“To their credit, they let me coach,” said Monson, whose contract expires after this season. “A lot of schools wouldn’t let you coach because something like this could happen. But obviously they didn’t think we had a chance to do that and that’s a motivation I used with our kids — they didn’t just quit on me, they quit on you guys; they don’t feel like you can win this tournament, you know? And it’s certainly no hard feelings because the most gratifying thing is to see how my players reacted.”

Smitheran told The Times that he had no regrets given that the announcement allowed the school to celebrate the success of a coach who has won 275 games before the end of the season and it gave players clarity in the program’s direction while also galvanizing them for the conference tournament. It also accelerated a coaching search that he hoped to complete before the Final Four.

“The announcement, while it may create questions for some folks,” Smitheran said, “for me it was really hoping to provide certainty and allow Dan to be celebrated in all his achievements.”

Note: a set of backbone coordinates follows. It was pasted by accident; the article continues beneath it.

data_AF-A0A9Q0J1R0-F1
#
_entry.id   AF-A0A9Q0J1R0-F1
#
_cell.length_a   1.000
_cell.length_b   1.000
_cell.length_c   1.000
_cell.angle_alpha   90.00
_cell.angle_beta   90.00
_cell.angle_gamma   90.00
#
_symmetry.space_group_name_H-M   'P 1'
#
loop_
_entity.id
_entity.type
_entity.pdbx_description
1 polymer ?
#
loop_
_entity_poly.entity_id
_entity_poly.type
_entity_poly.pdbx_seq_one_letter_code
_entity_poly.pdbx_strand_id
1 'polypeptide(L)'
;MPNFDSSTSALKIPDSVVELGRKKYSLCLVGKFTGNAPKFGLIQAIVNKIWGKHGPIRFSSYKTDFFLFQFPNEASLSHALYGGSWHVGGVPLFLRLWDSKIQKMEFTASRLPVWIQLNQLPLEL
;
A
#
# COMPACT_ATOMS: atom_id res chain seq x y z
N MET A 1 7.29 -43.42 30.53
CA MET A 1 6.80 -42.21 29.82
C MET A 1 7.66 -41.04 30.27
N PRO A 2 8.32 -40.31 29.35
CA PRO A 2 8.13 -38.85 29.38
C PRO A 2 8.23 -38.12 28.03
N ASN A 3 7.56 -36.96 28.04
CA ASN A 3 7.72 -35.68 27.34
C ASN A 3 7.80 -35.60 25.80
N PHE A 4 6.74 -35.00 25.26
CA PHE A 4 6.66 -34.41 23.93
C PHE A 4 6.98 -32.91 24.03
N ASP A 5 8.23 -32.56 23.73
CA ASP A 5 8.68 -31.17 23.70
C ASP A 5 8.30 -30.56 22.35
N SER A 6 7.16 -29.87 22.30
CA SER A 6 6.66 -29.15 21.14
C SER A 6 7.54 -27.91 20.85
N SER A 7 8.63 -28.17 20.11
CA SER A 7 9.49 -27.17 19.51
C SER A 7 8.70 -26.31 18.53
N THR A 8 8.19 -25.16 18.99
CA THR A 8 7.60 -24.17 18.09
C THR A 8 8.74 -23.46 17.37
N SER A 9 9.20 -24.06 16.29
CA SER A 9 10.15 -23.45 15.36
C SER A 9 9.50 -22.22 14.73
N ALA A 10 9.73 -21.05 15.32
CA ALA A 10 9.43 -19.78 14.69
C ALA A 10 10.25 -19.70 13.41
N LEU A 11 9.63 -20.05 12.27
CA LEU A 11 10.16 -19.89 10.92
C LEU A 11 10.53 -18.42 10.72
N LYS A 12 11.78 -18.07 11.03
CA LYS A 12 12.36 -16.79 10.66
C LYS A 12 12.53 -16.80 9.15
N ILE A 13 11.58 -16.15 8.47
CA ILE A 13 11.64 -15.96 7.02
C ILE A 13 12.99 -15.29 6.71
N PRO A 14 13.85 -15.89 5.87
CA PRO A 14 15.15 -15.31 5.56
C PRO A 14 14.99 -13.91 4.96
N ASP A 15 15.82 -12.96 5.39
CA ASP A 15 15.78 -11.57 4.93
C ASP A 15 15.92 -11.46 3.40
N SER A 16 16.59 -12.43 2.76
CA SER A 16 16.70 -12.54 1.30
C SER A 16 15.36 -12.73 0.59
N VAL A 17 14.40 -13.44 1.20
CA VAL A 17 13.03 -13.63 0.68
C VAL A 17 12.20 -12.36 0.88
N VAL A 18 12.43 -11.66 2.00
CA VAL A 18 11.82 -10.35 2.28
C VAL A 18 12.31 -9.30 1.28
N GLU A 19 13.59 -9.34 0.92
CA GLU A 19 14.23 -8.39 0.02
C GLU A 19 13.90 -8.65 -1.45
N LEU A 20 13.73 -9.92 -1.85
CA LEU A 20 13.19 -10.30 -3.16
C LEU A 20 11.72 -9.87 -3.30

Showing their loyalty to that coach, players planned to gather at Monson’s Los Alamitos home Sunday afternoon for the NCAA tournament selection show rather than on campus.

“A lot of people agreed with the decision and we don’t know who did and who didn’t,” Monson said of being replaced, “but we don’t care because we’re together and it’s made our basketball family tighter.”

This will be Monson’s second appearance in the NCAA tournament with the Beach after reaching the first round in 2012 and losing to New Mexico.

Long Beach State and San Diego State (24-10), which is expected to receive an at-large bid one year after advancing to the championship game, will be the only Southern California schools represented in the NCAA tournament during a season in which UCLA and USC finished with losing records.